By Richard Clarke
Arsène Wenger is hoping that the serenity of the underdog can help his side to a successful Premier League campaign.
Admittedly the notion of ‘success’ is an open one for Arsenal on the eve of the big kick-off. To some, Wenger should be applauded for simply maintaining his Club’s membership of the Big Four against moneyed mite of Manchester City. But the man himself will accept nothing but first place.
He even has an equation for being ‘in the mix’. Wenger says 25 wins and/or 82 points should make Arsenal serious contenders.
The first week could tell us much. Despite the threat of Aston Villa, it was Everton who finished fifth last season and, if consistency is what you value, then they will be the most likely Big Four party-crashers once again this term. A trip to Goodison Park on opening day is overflowing with significance.
Then, on Tuesday, Arsenal travel to Celtic in the Champions League Play-Off round first leg. Again it is an intense but winnable game. And again the lofty, hard-fought status of the Emirates Stadium side will be at stake.
Even Wenger accepts it is the most crucial week of the season. But, for now at least, Premier League matters – and by that he means winning it - are uppermost in his mind.
“We are doing it in a different way and so it would be very, very satisfying [to finish top] because there is long and hard work behind it - physical work, mental work - and it takes a lot of strength to push that through,” he said. “But I believe we have a very good chance.
“The opponents - Manchester United, Liverpool and Chelsea - you do not know how strong they will be. But, in the Premier League, the target is to always be over 82 points if you want to win the title. In a League of this quality you need to win at least 25 games.”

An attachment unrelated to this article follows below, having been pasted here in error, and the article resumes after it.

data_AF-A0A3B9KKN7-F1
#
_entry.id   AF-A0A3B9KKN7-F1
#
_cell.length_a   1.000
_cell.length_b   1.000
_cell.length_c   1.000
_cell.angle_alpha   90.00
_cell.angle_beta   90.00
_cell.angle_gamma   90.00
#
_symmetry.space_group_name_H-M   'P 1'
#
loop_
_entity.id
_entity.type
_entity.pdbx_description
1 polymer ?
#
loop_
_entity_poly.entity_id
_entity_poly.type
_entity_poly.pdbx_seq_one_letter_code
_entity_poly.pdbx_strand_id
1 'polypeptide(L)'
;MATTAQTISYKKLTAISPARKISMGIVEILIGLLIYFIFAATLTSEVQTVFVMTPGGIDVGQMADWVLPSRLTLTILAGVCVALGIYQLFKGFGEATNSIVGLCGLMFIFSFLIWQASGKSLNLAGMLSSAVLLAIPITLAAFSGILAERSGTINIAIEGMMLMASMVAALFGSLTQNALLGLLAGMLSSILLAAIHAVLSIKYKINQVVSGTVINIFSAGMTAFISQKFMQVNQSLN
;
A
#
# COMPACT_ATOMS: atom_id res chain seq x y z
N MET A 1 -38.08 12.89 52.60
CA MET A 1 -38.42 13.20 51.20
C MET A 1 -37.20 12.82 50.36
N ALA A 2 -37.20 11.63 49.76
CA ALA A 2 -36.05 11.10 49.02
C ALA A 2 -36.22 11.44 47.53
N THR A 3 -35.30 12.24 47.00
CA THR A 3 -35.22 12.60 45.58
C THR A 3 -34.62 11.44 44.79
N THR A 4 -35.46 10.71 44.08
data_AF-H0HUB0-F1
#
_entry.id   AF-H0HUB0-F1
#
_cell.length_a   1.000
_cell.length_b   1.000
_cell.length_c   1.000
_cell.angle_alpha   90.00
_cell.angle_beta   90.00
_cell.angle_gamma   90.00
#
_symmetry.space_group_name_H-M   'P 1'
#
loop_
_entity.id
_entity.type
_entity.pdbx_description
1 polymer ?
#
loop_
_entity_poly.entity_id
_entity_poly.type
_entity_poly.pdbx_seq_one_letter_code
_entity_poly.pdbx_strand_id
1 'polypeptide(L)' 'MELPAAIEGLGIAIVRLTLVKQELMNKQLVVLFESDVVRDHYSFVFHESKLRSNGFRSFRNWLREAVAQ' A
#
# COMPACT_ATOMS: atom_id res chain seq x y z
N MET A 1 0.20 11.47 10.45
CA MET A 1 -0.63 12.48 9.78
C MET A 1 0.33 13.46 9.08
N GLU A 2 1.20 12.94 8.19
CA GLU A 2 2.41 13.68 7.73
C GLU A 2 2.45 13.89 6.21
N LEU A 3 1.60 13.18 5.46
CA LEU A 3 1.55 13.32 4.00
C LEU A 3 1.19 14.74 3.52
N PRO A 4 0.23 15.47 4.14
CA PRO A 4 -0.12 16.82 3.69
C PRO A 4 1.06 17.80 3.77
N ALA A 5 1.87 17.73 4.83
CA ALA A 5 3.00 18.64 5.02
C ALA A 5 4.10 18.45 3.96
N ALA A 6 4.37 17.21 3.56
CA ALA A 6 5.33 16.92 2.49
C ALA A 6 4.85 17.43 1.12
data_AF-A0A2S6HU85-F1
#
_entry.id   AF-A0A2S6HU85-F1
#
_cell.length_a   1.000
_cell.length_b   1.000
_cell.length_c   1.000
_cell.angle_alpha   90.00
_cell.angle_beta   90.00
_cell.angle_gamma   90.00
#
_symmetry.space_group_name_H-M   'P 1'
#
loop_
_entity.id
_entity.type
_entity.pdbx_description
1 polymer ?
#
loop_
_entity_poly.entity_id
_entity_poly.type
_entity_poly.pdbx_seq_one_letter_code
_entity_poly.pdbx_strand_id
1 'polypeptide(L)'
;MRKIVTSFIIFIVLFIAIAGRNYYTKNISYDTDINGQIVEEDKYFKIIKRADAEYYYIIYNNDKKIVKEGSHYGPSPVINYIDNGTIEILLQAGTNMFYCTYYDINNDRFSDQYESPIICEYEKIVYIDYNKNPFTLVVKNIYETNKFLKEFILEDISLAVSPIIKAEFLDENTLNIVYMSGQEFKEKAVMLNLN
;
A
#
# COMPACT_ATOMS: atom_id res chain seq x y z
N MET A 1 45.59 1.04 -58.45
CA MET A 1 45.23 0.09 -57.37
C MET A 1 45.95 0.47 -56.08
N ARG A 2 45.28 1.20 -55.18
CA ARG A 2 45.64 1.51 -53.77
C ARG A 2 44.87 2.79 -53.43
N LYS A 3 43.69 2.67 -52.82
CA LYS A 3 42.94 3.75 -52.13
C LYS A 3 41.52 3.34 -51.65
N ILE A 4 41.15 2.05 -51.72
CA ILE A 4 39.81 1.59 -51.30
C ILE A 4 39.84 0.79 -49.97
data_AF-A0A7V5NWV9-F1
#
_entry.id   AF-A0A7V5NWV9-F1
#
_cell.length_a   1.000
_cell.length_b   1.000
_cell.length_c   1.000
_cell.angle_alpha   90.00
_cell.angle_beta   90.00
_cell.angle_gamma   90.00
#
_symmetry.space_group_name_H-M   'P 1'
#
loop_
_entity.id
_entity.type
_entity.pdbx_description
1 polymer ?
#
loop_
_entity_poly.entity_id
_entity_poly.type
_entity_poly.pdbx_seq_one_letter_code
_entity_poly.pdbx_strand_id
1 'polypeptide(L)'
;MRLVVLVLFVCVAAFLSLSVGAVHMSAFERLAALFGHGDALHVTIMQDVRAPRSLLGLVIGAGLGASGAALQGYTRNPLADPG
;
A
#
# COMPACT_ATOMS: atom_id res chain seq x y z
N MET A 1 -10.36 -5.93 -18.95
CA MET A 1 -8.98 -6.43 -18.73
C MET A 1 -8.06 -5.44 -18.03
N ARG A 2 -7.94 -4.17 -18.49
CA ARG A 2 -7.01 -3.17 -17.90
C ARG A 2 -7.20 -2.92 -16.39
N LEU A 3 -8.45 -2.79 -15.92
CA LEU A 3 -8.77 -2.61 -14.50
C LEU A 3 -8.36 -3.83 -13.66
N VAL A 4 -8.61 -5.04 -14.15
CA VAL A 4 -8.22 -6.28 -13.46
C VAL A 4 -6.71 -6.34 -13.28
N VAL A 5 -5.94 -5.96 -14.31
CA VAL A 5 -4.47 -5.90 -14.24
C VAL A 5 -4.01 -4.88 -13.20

Of course the hopes and expectations were similarly lofty 12 months ago. Arsenal were coming into that season as real prospects having, perhaps surprisingly, finished four points off the champions the season before. However five defeats in their first 14 games ended their title ambitions. The subsequent run of 21 matches without defeat was worthy but, in all truth, it was a rescue mission.
“I look at last year’s season as a product of bad circumstances,” said Wenger. “We had a bad start and that is why maybe we feel a little bit under pressure to start well this time because we know that last year after 14 games we had lost five and that was too many.
“At the moment, nobody looks at us as a potential fighter for the title. Maybe that should not add too much pressure on our shoulders but it can. Basically there is a demand there to show how good we are.
“So I believe that we have to keep serene, focused and not put unneeded pressure on our shoulders. We should just focus on how we want to play.”
Midfielder Abou Diaby (groin) was ruled out on Friday. He joins Theo Walcott (back) on the short-term injury list and both could be back for the Celtic tie. Samir Nasri (broken leg), Tomas Rosicky (hamstring), Johan Djourou (knee) and Lukasz Fabianski (knee) will be absent for longer.
Neither side have been overactive in the transfer market so far. Arsenal are set to debut Thomas Vermaelen on Saturday meanwhile David Moyes’ main business has been to retain Jo on loan from Manchester City.
“We have the advantage of stability,” said Wenger. “We are not in the position where we have too much worry about fitting in the players. We know how we want to play and the players know how we want to play. I believe that can be an advantage. Unfortunately Everton have the same advantage.
“Overall I feel this is an important game for us,” he went on. “And we are conscious it is the most crucial week of the season.”
The final question of Wenger’s press conference enquired what he expected by the end of the week. “I expect by the end of next week to be preparing for Portsmouth and the second leg of the Celtic tie,” he smiled, “and after that I hope I will be a very happy man.”
If Wenger happy, you can assume the rest of us will be too.
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